You cannot escape BNG just because you are making a retrospective application – as far as the authorities are concerned, your development is unlawful until it has planning permission and therefore, all the same rules apply as if it wasn’t there at all.

In a retrospective scenario the Biodiversity baseline value would be taken at a date prior to the dog field opening or the official baseline date – i.e. not the current condition of the site.

One exemption is if you hold a Certificate of Lawful Use (after 10 years of continuous uncontested use without any enforcement action). If this applies to you, you need to chat to your planning expert to find out more in relation to your personal circumstance.

I’m sensible, I’ll fill the forms in myself.

The saying that time is money can be applied to this – if you have oodles of time on your hands and you are only doing a small development, you may be able to take this on yourself but honestly, I don’t think it’s worth to faff.

Agencies are cashing in due to high demand and confusion

Biodiversity net gain doesn’t apply to me because ….

Have you heard …? “So and so said they didn’t have to do it….”

There are some limited exemptions (see above) and the likelihood is that ‘so and so’ made an application prior to the implementation date, had a Council who operated a rare period of leniency whilst they got their own house in order, or had some other anomaly (e.g. 0% habitat impact) in their application. These are very rare.

I’ll just plant a couple of trees and I’ll be fine…

Your site may already be quite biodiverse, if so that’s not a golden ticket. BNG requires everyone on every site to demonstrate a 10% enhancement in the value of the site as a result of the development when compared to the existing condition. This is about providing improved habitats appropriate to your site and to the benefit of local ecosystems and wildlife.

What this means is that if you’re developing a woodland, you have significantly more work to do than if you are developing an area of degraded arable land.

If I cut down trees and clear the site of vegetation before making my application this will make it easier to demonstrate an increase in BNG

Not at all. For a whole host of legal, environmental, and moral reasons you should be very careful if you want to clear vast swathes of existing vegetation and habitats on site before making a planning application. We would strongly advise against it. Councils and other consultees such as Natural England and the Wildlife Trust are much more savvy than you realise and will know that the site has been cleared. It doesn’t put you in the best light and it might lead to some unintended consequences.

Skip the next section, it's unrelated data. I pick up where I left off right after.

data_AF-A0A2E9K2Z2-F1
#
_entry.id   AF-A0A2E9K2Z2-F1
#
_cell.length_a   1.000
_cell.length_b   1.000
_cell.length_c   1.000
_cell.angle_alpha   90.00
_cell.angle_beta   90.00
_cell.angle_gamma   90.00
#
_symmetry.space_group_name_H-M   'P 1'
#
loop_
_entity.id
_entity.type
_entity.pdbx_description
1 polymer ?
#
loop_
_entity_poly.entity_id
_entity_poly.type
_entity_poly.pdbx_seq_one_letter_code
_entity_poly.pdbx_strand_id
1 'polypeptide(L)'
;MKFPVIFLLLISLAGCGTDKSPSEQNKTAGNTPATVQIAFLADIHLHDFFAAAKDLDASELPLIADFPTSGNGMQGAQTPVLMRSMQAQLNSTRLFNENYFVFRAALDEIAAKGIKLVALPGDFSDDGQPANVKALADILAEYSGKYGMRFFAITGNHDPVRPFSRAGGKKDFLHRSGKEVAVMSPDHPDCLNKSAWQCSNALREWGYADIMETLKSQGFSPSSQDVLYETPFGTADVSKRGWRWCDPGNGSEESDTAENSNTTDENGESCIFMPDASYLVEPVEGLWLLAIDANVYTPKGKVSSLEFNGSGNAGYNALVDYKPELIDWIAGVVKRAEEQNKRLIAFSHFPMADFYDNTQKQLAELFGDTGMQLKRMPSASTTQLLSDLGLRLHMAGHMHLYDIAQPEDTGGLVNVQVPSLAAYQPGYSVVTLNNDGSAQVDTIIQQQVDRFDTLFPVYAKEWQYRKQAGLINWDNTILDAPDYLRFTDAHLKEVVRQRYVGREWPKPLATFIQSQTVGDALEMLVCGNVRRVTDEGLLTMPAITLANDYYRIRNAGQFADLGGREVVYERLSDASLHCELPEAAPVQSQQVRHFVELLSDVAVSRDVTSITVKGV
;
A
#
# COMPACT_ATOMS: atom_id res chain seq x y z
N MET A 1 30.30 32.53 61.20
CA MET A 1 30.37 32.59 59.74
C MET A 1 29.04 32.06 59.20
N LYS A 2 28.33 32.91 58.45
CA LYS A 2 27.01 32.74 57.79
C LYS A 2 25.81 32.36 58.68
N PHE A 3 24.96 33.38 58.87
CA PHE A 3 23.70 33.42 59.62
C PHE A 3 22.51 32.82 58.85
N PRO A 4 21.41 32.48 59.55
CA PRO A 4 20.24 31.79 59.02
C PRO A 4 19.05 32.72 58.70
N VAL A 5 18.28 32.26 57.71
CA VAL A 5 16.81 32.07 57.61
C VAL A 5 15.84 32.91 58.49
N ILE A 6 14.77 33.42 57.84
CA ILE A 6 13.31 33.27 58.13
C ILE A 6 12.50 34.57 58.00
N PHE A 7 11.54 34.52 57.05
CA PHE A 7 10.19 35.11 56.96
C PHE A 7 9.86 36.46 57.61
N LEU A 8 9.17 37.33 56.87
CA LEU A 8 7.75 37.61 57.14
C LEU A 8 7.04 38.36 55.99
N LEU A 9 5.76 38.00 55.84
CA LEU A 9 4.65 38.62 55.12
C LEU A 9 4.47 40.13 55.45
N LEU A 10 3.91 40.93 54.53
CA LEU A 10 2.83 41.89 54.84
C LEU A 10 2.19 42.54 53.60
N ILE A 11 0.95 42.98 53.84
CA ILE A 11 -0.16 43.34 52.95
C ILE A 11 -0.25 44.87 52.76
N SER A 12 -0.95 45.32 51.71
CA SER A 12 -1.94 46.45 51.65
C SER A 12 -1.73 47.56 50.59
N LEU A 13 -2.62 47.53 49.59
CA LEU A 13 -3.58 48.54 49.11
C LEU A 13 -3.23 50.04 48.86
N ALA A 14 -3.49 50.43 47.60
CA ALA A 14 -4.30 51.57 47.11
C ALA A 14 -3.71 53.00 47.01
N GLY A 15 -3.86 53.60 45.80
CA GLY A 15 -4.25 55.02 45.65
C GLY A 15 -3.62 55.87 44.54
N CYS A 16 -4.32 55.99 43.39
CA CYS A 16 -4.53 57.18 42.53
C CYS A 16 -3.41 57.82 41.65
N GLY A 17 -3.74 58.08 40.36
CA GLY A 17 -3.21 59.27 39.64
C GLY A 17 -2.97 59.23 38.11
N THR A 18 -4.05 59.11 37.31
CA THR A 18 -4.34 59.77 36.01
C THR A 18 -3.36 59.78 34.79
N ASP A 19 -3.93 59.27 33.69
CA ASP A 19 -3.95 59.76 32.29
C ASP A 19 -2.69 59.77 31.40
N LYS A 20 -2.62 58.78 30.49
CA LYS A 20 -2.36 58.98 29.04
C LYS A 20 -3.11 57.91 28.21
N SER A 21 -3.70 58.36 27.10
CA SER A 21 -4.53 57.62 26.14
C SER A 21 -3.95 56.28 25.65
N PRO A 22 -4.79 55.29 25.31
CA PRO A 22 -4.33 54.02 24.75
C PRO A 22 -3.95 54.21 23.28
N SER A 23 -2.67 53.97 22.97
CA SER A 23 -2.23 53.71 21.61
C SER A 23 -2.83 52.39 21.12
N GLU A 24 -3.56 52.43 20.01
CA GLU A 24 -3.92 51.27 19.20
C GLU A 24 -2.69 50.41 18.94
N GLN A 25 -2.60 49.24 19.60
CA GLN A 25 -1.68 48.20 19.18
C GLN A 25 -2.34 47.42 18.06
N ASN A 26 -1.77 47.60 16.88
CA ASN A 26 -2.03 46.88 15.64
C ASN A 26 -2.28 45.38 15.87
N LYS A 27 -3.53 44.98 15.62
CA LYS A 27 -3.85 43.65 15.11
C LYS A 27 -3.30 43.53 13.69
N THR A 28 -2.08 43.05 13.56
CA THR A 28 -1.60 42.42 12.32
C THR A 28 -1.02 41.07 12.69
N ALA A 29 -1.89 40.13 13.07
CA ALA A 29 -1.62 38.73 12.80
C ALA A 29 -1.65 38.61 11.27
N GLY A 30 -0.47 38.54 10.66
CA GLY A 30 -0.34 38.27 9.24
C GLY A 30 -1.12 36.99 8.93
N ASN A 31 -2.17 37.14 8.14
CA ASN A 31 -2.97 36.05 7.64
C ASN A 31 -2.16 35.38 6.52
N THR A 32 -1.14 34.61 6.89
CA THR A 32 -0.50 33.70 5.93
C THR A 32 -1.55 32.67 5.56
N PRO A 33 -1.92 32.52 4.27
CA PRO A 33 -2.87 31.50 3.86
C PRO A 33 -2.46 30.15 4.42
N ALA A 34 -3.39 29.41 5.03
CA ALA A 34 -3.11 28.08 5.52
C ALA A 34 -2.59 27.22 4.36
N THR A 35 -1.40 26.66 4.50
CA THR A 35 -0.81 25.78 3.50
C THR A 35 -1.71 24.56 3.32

Key Things to Watch Out for When Considering BNG

  • Rouge traders – make sure your BNG Assessment provider is properly qualified to do so
  • Planners who don’t understand how BNG applies to dog fields
  • Ecological agencies who won’t work with you to produce an appropriate scheme
  • Planners who don’t know how to minimise the costs for you or don’t know the details of how BNG can actually work in your favour to support a dog field application
  • People who will tell you there are loop holes
  • Making a small site to save money (this can be a short term saving that might not represent the best strategy for a dog field in your area)


Is Biodiversity Net Gain Ridiculous?

Yes and no.

Anything that makes people think more about their dog fields is a bonus – all too many poor-quality facilities are being developed. All the dog fields we have designed for and with dog field owners have created a BNG far over the 10% requirement and we haven’t changed what we do, we’ve already been doing that forever!

But BNG does create an additional expense, raises the barrier to entry, and for those of us doing the work anyway, it feels like a completely unnecessary cost and the addition of more red tape and bureaucracy.

There are also some little-considered upsides of BNG in relation to dog fields, particularly for farmers and land owners implementing a variety of diversifications in terms of ‘eco points’ (credit for enhancement measures) and we’re happy to discuss those with anyone wanting to navigate that process through the opportunity of a dog field.

Closing Thoughts on BNG

The reality is this legislation wasn’t really targeting dog field operators – it was for people who could damage biodiversity in the process of their development, less so people who improve biodiversity by a significant measure as a consequence of their development.

Hey ho.

If You Need More Help

Because of this kerfuffle and the challenges associated with navigating this system, we’ve developed a close working relationship with a trusted and select few ecological partners who can help with BNG and ecological surveys and assessments, particularly for larger sites.

In house, we have the expertise to develop BNG for smaller sites so if you don’t know how BNG will affect your plans, or you’re trying to figure out how to incorporate your BNG obligations into a dog field design, get in touch and we’ll point you in the right direction – whether that’s putting you directly in touch with our planning partners at Evolve or helping you work out your next steps.

If you’re considering building a dog field business, you can find out more about our support services by clicking here.